A few weeks ago, we discussed the dangers posed to employees (prospective or current) by posting potentially costly information on social networking sites for all to see (such as an employer -- again, prospective or current). It is a particularly important topic when you consider that some lawmakers are trying to get your Facebook login and password, and that the National Labor Relations Board says that many companies use social media policies that are "unlawfully broad."
Around the same time we discussed this issue, the Chief Financial Officer of a retail company called Francesca's was probably checking one of his various social media accounts and must have let slip some private information about his company -- because he was fired. Francesca's claims they found that the CFO "improperly communicated company information through social media."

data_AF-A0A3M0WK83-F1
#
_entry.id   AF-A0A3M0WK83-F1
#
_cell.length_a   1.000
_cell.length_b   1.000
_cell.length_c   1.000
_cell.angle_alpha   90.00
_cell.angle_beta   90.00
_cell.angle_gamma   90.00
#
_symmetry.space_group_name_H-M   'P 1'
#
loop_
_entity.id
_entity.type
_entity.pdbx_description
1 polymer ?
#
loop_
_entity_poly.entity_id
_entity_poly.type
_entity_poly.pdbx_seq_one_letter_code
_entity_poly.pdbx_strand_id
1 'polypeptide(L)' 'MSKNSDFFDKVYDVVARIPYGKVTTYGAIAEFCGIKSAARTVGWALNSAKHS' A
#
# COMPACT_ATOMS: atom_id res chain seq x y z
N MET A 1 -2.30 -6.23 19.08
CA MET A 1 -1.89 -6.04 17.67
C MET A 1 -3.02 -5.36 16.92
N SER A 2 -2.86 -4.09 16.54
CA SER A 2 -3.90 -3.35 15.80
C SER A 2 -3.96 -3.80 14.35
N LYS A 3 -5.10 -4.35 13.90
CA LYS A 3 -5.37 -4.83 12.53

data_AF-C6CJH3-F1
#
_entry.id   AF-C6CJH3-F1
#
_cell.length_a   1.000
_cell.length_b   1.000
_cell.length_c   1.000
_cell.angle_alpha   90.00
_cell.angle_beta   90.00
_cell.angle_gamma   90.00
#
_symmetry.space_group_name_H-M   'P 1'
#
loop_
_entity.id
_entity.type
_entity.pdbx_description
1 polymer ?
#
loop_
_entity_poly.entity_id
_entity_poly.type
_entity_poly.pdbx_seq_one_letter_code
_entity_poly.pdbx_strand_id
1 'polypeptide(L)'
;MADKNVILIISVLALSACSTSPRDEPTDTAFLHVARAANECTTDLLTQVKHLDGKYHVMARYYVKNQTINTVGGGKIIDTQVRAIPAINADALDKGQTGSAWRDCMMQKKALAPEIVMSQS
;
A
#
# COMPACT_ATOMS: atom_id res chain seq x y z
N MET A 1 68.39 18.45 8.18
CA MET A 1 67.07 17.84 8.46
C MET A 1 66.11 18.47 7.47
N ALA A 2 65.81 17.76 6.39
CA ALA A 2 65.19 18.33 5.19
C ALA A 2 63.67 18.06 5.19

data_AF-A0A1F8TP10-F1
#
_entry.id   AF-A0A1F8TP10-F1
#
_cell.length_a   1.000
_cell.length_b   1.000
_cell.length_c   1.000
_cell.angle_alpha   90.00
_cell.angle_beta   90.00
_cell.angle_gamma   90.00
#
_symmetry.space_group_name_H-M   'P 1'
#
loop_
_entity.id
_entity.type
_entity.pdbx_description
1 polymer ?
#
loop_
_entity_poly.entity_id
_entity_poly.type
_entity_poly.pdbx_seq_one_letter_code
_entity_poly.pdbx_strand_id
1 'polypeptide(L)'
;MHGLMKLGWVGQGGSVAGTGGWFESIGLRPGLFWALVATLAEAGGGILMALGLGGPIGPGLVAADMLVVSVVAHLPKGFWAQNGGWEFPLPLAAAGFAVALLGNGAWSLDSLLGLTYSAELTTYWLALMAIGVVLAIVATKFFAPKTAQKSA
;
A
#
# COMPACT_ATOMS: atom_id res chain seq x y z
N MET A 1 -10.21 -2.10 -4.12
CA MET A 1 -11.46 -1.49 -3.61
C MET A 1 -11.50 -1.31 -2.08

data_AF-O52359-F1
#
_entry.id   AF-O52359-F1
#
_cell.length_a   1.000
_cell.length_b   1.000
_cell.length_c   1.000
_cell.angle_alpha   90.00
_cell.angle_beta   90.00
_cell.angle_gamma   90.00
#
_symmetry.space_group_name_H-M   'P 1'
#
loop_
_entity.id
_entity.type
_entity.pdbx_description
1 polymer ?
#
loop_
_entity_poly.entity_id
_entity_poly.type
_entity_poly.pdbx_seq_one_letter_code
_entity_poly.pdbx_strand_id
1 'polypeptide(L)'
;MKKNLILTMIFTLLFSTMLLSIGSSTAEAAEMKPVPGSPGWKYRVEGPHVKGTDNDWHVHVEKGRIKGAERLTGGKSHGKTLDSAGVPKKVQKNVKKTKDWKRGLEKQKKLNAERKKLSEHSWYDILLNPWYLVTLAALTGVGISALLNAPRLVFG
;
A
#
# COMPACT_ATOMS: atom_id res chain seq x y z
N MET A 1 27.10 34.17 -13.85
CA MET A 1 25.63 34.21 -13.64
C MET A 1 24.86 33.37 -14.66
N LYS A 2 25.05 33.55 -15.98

It may have been a legitimate dismissal as there is no information about the former CFO making an appeal on the grounds of a violation of his employee rights. But it does serve as a reminder that even those high up on the company ladder can fall victim to a social media mistake.
Going back to the comments of the NLRB, there is mounting evidence that the use of social media at work (and even after work hours) can lead to disciplinary action against an employee. TribeHR, a human resources company, studied data from companies around the globe and found that roughly 40% of them claim that the use of social media by employees is an issue.
Other information is emerging regarding penalties placed on people who use social media, and the rising prominence of such an action. In 2009, only 24% of companies said they disciplined an employee over a social media matter. That jumped to 42% in 2011.
Source: Los Angeles Times, "When social media gets you fired: Francesca's CFO is out," Tiffany Hsu, May 14, 2012